63. Pandhi RK, Gupta LK, D'Souza P. Pityriasis lichenoides chronica in association with tubercular lymphadenitis. Indian J Dermatol Venereol Leprol 1997;63:314–6.
64. Singh PY, Sinha P, Baveja S, Sood A. Immune-mediated tuberculous uveitis –A rare association with papulonecrotic tuberculid
. Indian J Ophthalmol 2019;67:1207–9.
65. Wang Y, Li S, Bai Y, Cui Y, Zheng Z. Papulonecrotic tuberculid
with optic neuritis. Indian J Dermatol Venereol Leprol 2020;86:404–6.
66. Whitley MJ, Stout JE, Kapila A, Selim MA, Mansoori P, Marano AL. Papulonecrotic tuberculid
and poncet disease:A case of multisystem delayed-type hypersensitivity in a patient with Mycobacterium tuberculosis
infection. JAAD Case Rep 2019;5:794–7.
67. Techatawepisarn T, Chiewchanvit S, Salee P, Mahanupab P, Baosoung V, Praparattanapan J. Ecthyma gangrenosum-like lesions associated with disseminated nontuberculous mycobacterial infection in an HIV-infected patient. Southeast Asian J Trop Med Public Health 2013;44:649–54.
68. Butala N, Fraimow H, Heymann WR. Disseminated erythema induratum
in a patient with a history of tuberculosis. Cutis 2020;105:E13–5.
69. Khandpur S, Bansal A, Ramam M, Sharma VK, Das AK, Singh MK, et al. Verrucous tuberculid mimicking Kyrle disease. Int J Dermatol 2007;46:1298–301.
70. Motswaledi HM, Schulz EJ. Superficial thrombophlebitic tuberculide. Int J Dermatol 2006;45:1337–40.
71. Kwong HL, Lee JSS, Lim YL. Nodular granulomatous phlebitis:An uncommon tuberculid. JAAD Case Rep 2020;6:686–8.
72. Jordaan HF, Schneider JW, Abdulla EA. Nodular tuberculid:A report of four patients. Pediatr Dermatol 2000;17:183–8.
73. Bravo FG, Gotuzzo E. Cutaneous tuberculosis. Clin Dermatol 2007;25:173–80.
74. Pandhi D, Singal A, Wadhwa N. Lichen scrofulosorum
:Yet another disease manifesting the Koebner phenomenon. Int J Dermatol 2016;55:809–10.
75. Chhabra G, Verma P, Sharma S. Koebner phenomenon induced by Mantoux testing in a case of papulonecrotic tuberculid
. Trop Doct 2020;50:74–7.
76. Xu H, Li M, Ma H, Gu WT, Chen ZQ. Mycobacterium tuberculosis found at both skin lesions and Mantoux testing site in a patient with erythema induratum
of Bazin. J Dermatol 2017;44:1145–7.
77. Prajapati V, Steed M, Grewal P, Mahmood MN, Verma G, Brassard A. Erythema induratum
:Case series illustrating the utility of the interferon-g release assay in determining the association with tuberculosis. J Cutan Med Surg 2013;17 Suppl 1 1S6–11.
78. Jassi R, Yadav A, Chander R. Dermoscopy of lichen scrofulosorum
. Indian Dermatol Online J 2020;11:876–7.
79. Ben Jazia E, Hachfi W, Trimech M, Hmissa S, Jeddi CH, Omezzine-Letaief A. Detection of mycobacterial tuberculosis DNA in lichen scrofulosorum
. J Am Acad Dermatol 2006;55 2 Suppl S54–5.
80. Tirumalae R, Yeliur IK, Antony M, George G, Kenneth J. Papulonecrotic tuberculid
-clinicopathologic and molecular features of 12 Indian patients. Dermatol Pract Concept 2014;4:17–22.
81. Quirós E, Bettinardi A, Quirós A, Piédrola G, Maroto MC. Detection of mycobacterial DNA in papulonecrotic tuberculid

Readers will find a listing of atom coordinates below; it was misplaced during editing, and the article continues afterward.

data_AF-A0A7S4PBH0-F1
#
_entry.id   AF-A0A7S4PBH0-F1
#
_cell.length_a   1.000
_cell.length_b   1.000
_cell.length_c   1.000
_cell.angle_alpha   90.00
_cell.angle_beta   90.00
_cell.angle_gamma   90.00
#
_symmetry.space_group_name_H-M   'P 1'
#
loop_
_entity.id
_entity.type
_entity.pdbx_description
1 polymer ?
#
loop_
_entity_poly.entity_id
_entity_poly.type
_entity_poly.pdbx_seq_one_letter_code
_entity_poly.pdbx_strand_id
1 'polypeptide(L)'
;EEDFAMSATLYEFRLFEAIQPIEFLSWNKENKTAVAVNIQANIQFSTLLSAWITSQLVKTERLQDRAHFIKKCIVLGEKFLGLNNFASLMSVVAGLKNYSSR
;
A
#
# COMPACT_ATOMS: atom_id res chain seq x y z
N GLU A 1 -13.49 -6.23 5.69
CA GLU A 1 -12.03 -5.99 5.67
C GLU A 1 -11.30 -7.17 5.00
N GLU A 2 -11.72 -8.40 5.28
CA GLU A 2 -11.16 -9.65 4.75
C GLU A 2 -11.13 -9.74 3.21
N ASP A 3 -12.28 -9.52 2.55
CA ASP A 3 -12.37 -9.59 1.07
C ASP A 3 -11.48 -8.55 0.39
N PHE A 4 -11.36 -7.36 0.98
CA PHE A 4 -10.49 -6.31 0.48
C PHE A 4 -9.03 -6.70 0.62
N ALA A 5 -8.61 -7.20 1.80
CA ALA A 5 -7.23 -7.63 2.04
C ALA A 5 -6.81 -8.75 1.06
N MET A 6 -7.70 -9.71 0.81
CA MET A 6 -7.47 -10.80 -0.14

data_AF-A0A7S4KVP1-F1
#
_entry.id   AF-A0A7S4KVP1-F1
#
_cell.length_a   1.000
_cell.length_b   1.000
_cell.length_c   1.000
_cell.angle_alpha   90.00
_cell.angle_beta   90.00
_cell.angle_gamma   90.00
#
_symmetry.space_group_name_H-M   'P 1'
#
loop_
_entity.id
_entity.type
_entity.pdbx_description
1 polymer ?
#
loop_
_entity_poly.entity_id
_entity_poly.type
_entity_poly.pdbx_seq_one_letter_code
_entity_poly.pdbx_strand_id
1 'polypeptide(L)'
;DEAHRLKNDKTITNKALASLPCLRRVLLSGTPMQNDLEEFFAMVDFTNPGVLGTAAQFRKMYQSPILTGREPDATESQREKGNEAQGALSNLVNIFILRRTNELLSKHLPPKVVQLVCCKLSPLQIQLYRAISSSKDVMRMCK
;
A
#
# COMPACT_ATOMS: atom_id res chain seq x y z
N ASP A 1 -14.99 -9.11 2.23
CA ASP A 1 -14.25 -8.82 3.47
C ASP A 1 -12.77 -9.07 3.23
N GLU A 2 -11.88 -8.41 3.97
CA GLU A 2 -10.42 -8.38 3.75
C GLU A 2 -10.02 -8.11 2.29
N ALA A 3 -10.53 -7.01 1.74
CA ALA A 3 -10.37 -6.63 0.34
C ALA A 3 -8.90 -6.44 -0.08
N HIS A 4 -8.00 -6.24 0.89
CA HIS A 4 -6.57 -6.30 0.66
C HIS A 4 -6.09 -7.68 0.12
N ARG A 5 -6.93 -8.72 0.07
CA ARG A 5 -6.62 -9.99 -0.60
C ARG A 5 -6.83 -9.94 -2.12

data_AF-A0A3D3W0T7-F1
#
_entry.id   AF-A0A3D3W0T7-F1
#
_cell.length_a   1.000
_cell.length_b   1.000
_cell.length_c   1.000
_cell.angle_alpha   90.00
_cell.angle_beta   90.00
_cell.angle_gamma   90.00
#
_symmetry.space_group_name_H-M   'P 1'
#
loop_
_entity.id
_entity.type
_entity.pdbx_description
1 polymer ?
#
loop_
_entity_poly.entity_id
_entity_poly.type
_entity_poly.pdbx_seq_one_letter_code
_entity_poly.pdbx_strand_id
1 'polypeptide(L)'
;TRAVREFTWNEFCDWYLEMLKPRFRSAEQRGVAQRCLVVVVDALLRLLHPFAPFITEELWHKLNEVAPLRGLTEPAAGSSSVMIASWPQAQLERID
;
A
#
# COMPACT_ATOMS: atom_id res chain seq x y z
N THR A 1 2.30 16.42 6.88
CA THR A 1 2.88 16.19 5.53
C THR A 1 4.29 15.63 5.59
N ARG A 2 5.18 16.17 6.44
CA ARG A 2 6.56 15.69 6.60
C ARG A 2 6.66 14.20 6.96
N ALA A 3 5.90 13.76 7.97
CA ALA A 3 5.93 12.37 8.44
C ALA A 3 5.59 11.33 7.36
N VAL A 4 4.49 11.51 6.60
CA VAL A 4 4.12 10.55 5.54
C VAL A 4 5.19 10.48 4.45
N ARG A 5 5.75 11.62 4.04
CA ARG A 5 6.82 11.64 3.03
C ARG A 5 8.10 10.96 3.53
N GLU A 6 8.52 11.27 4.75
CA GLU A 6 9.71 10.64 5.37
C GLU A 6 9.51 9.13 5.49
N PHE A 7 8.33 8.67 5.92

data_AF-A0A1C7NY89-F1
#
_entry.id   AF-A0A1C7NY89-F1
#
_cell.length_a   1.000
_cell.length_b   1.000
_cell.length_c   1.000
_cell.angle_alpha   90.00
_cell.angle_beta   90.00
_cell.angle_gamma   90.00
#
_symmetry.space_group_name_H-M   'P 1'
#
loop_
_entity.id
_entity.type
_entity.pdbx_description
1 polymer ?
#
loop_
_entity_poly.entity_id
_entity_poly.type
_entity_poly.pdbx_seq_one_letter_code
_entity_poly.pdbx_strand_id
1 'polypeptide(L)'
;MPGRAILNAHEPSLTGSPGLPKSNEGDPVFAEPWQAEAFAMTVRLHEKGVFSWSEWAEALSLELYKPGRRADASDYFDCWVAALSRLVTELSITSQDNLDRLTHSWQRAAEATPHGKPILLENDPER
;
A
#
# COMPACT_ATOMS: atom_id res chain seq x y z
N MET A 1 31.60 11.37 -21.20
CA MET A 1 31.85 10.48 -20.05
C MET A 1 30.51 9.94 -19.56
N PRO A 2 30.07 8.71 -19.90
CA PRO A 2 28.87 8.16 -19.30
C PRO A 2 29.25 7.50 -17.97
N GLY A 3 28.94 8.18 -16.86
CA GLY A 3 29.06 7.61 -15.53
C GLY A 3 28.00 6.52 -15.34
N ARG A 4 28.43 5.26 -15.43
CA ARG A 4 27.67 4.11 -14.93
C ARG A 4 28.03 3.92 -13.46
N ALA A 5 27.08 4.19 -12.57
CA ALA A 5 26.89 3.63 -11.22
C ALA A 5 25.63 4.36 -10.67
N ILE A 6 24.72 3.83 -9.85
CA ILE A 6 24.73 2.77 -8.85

lesions by polymerase chain reaction. J Clin Lab Anal 2000;14:133–5.
82. Tan SH, Tan HH, Sun YJ, Goh CL. Clinical utility of polymerase chain reaction in the detection of Mycobacterium tuberculosis in different types of cutaneous tuberculosis and tuberculids
. Ann Acad Med Singapore 2001;30:3–10.
83. Segura S, Pujol RM, Trindade F, Requena L. Vasculitis in erythema induratum
of Bazin:A histopathologic study of 101 biopsy specimens from 86 patients. J Am Acad Dermatol 2008;59:839–51.
84. Williamson S, Auerbach J, Motaparthi K. Lichenoid granulomatous dermatitis as a tuberculid in association with spondylitis due to Mycobacterium tuberculosis. J Cutan Pathol 2020;47:946–9.
85. Kim KS, Kim JS, Kim SS, Kim CW. Association between erythema nodosum
of Bazin and Mycobacterium tuberculosis infection in Koreans. Indian J Dermatol Venereol Leprol 2022;88:196–200.
86. Niemeyer-Corbellini JP, Spinatto D, Boechat N, Carvalho AC, Pineiro-Maceira J, Azulay DR. Papulonecrotic tuberculid
on the scalp. Int J Dermatol 2008;47:1028–32.
87. Connors WJ, Fisher DA, Kunimoto DY, Jarand JM. Program-wide review and follow-up of erythema Induratum
of Bazin and tuberculosis-associated ocular inflammation management in a TB low-incidence setting:Need for improved treatment candidate selection, therapy standardization, and care collaboration. BMC Infect Dis 2019;19:97.
88. Dias MF, Bernardes Filho F, Quaresma MV, Nascimento LV, Nery JA, Azulay DR. Update on cutaneous tuberculosis. An Bras Dermatol 2014;89:925–38.
89. Sharon V, Goodarzi H, Chambers CJ, Fung MA, Armstrong AW. Erythema induratum
of Bazin. Dermato Online J 2010;16:1.
90. Mei X, Zhao J. Successful treatment of erythema induratum
with topical application of antituberculous drugs:A case report. Medicine (Baltimore) 2017;96:e9010.
91. Olson DP, Day CL, Magula NP, Sahid F, Moosa MY. Cutaneous extensively drug-resistant tuberculosis. Am J Trop Med Hyg 2007;77:551–4.